The main repairs the mechanics did for us were:

  • Swivel hubs and bearings
  • Three brake discs
  • Handbrake shoes
  • Uni joints
  • Rear pinion seal
  • Steering – drag link ends and tie rod ends

 

Troopy bits

 

A week later, and over $4000 out of pocket, we were reunited with a new and improved Troopy, minus all the squeaks, grinds and clunks.  The Troopy was feeling strong and we were filled with excitement when we finally left Alice Springs to continue our journey south.  These days, the Troopy still heats up a little sometimes, but it’s only when it’s worked hard for a while.

 

Birdsville

 

 

 

Alice Springs

Town Profile : Alice Springs

Alice Springs

 

After receiving the shocking wakeup call that we we’re suddenly south of the Tropic of Capricorn, we rolled into Alice Springs cold and hungry.  Our first stop was pizza, then a hot shower at the town centre before a beer at the pub.  We then made contact with our first Helpx host.

 

We did two Helpx jobs while we were in Alice.  The first one was a landscaping gig for a family of four.  We stayed in their granny flat for four nights and gave their garden a lovely makeover.  For the remainder of our time in Alice, we stayed with Derren, his housemate and their two dogs.  Dave worked at his steel yard while Juz cooked and cleaned at home.

 

Alice Springs is sits in the heart of Australia’s Red Centre and is flanked by the MacDonnell Ranges on either side.  With a red sandy desert stretching for kilometers in all directions, Alice is an iconic Australian town and is the gateway to Uluru, Kata Tjuta and Kings Canyon.

 

Alice Springs

 

Fast Facts

  • Alice Springs is the third largest town in the Northern Territory
  • The population sits at around 28,000, which is about 12% of the Territory’s population
  • Alice Springs supposedly has 270 mm of rain a year but 70% of years are below average.  It’s a land of droughts and flooding rains

 

Alice Springs

 

History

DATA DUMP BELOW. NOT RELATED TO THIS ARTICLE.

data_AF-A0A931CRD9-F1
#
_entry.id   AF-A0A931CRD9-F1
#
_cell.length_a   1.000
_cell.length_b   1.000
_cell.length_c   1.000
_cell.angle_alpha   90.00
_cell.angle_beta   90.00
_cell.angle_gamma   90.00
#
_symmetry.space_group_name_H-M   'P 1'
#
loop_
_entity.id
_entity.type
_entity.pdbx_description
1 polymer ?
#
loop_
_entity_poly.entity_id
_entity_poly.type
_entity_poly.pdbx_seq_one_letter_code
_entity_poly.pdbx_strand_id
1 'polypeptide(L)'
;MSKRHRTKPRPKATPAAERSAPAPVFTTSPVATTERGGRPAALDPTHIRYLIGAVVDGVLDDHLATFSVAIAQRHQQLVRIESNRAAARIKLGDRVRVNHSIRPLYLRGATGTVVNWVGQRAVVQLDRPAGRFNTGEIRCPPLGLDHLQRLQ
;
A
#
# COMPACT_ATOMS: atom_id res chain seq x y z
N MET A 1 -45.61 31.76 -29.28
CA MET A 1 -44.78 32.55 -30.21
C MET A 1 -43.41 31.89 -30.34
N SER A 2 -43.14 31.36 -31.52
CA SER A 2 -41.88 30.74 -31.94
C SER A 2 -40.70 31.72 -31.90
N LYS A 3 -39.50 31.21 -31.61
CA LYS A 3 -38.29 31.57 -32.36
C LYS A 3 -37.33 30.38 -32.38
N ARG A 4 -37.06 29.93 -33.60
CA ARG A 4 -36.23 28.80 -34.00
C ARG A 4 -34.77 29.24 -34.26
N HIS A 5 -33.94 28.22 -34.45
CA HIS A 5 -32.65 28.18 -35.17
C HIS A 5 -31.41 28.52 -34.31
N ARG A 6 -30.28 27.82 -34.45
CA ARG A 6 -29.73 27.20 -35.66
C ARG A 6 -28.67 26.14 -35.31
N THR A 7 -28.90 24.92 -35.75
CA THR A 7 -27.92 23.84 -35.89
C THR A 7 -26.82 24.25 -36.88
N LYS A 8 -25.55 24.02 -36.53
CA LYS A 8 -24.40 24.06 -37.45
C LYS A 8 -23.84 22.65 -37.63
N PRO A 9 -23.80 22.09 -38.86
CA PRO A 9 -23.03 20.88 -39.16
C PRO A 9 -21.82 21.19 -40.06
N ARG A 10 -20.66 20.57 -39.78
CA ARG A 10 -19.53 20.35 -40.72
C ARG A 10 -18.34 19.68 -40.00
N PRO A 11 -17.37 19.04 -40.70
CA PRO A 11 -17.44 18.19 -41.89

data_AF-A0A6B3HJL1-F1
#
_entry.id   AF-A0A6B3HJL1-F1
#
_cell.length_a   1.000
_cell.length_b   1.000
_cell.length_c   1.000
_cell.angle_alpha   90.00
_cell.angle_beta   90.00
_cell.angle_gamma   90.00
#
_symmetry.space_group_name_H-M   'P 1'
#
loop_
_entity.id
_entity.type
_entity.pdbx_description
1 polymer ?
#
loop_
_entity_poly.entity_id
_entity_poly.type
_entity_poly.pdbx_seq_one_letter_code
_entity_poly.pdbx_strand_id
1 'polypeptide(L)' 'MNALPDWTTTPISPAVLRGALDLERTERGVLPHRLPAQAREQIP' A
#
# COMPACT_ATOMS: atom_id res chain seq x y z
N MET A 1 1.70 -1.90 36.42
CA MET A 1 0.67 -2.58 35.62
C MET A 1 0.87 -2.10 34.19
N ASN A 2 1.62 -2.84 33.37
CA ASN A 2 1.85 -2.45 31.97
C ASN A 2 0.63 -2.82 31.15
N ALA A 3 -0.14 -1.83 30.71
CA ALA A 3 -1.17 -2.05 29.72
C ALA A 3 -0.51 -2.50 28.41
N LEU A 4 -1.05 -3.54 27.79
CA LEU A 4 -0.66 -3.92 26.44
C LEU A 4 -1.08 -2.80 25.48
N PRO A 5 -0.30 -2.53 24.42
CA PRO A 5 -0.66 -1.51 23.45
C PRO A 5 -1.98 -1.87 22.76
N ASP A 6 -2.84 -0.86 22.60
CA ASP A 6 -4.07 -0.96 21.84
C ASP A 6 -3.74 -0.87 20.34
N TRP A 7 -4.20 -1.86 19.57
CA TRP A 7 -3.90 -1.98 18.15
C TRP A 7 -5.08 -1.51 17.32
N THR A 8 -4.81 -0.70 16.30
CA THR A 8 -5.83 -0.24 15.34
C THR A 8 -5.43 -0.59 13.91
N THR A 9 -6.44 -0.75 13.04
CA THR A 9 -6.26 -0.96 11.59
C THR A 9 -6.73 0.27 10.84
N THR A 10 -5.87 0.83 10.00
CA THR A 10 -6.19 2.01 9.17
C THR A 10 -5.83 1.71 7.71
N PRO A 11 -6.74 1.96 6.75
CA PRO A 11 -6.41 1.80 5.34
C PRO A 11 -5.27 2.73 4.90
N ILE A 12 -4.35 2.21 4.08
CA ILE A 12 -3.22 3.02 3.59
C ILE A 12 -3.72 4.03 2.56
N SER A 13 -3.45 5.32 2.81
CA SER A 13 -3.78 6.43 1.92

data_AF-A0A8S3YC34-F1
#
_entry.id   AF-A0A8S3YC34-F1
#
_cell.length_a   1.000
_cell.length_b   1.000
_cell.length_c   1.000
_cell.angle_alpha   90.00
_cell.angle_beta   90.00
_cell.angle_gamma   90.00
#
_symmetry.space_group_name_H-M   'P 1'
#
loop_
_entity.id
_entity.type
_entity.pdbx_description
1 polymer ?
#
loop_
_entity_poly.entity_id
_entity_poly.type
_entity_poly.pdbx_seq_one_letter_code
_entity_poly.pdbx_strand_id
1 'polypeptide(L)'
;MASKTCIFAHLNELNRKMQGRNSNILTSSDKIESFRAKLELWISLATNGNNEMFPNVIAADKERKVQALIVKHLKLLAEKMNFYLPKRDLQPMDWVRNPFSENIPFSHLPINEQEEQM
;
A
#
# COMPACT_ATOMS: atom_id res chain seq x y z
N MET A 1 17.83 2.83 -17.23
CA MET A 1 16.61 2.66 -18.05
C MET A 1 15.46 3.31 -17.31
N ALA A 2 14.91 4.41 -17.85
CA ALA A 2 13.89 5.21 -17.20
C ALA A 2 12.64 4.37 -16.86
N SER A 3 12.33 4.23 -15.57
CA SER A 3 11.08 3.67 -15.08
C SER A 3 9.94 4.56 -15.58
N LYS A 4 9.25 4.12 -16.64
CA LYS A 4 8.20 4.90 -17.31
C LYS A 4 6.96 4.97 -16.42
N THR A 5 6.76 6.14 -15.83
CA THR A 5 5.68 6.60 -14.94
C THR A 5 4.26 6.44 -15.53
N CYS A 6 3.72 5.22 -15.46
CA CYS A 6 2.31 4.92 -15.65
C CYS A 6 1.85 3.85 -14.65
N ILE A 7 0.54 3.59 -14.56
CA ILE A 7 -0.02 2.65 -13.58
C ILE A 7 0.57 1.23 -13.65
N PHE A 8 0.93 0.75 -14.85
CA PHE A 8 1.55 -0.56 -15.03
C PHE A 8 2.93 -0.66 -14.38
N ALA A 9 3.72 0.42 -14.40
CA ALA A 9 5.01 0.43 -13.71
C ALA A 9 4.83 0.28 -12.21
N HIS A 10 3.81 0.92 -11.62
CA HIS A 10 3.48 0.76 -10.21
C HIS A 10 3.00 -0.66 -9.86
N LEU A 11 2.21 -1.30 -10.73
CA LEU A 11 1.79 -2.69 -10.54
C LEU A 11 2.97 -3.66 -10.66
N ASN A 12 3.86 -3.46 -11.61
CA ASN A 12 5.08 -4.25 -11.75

Arrernte are the original inhabitants, who refer to Alice as Mparntwe, and believe that the MacDonnell Ranges were carved by giant caterpillar spirits during the creation time.  They took care of the land until European settlement.

 

The town first started off as a telegraph station for the Overland Telegraph Line.  This line follows the expedition route of John McDouall Stuart, who crossed Australia from south to north in 1862.  Just over 20 years later, a boom in population would be caused by the discovery of alluvial gold at Arltunga, about 100km east of Alice Springs.

 

Camels were integral for the survival of people living in Central Australia and were used to transport wool and provisions to Alice and the surrounding sheep and cattle stations, missions and aboriginal communities, as well as to pull ploughs to build dams.  Camel trains would travel over 600km from Oodnadatta to Alice Springs to bring supplies to Alice Springs, but once the railway line between Alice and Adelaide was completed in 1929, the camels were released, and with more motor and air transport flowing through the region, the isolation of Alice dissipated.

 

If it wasn’t for the cameleers and the camels, Alice Springs wouldn’t not have survived, and to celebrate, The Camel Cup is raced every year.

 

Alice Springs 2014-06-24 001

 

Until the early 1930s, the location of the town was actually called Stuart, while a nearby waterhole was called Alice Springs after Lady Alice Todd, the wife of Sir Charles Todd.  The telegraph station was built next to the spring and this caused a bunch of confusion for administrators down in Adelaide, so in 1933, Stuart was officially gazetted as Alice Springs.

 

These days, the town is full of nice hotels, restaurants, Aboriginal art galleries and well over 25,000 inhabitants.

 

Places of Interest

Telegraph Station Historical Reserve

The reserve is where the actual Alice Spring is, a little waterhole named after Lady Alice Todd.  The old buildings of the telegraph station are still there, and you can pay to explore the station, or you can just look at the building from the other side of the fence.  There are a number of walking trails from the station that lead into the bush but beware, they aren’t very clearly marked and you may find yourself walking for hours in the wrong direction.

 

Alice Springs

 

Mount Gillen